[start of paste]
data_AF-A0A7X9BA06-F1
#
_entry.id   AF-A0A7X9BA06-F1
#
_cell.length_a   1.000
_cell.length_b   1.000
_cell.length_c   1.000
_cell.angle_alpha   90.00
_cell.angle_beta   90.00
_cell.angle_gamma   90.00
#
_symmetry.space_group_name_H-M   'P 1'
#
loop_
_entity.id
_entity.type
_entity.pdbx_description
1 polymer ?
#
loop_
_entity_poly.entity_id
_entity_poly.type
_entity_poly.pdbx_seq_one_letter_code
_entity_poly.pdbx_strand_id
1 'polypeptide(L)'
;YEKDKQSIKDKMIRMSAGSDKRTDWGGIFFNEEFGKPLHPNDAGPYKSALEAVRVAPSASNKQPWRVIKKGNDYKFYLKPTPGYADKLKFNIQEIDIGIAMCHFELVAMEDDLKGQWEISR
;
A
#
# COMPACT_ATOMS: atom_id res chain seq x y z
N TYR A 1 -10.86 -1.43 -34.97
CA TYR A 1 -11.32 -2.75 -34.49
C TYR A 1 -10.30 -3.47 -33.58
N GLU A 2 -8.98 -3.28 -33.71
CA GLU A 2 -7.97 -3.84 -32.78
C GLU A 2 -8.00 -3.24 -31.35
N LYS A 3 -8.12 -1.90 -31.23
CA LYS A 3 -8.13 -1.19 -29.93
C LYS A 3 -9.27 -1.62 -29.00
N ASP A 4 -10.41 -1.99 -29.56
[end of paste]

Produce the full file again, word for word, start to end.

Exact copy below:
data_AF-A0A7X9BA06-F1
#
_entry.id   AF-A0A7X9BA06-F1
#
_cell.length_a   1.000
_cell.length_b   1.000
_cell.length_c   1.000
_cell.angle_alpha   90.00
_cell.angle_beta   90.00
_cell.angle_gamma   90.00
#
_symmetry.space_group_name_H-M   'P 1'
#
loop_
_entity.id
_entity.type
_entity.pdbx_description
1 polymer ?
#
loop_
_entity_poly.entity_id
_entity_poly.type
_entity_poly.pdbx_seq_one_letter_code
_entity_poly.pdbx_strand_id
1 'polypeptide(L)'
;YEKDKQSIKDKMIRMSAGSDKRTDWGGIFFNEEFGKPLHPNDAGPYKSALEAVRVAPSASNKQPWRVIKKGNDYKFYLKPTPGYADKLKFNIQEIDIGIAMCHFELVAMEDDLKGQWEISR
;
A
#
# COMPACT_ATOMS: atom_id res chain seq x y z
N TYR A 1 -10.86 -1.43 -34.97
CA TYR A 1 -11.32 -2.75 -34.49
C TYR A 1 -10.30 -3.47 -33.58
N GLU A 2 -8.98 -3.28 -33.71
CA GLU A 2 -7.97 -3.84 -32.78
C GLU A 2 -8.00 -3.24 -31.35
N LYS A 3 -8.12 -1.90 -31.23
CA LYS A 3 -8.13 -1.19 -29.93
C LYS A 3 -9.27 -1.62 -29.00
N ASP A 4 -10.41 -1.99 -29.56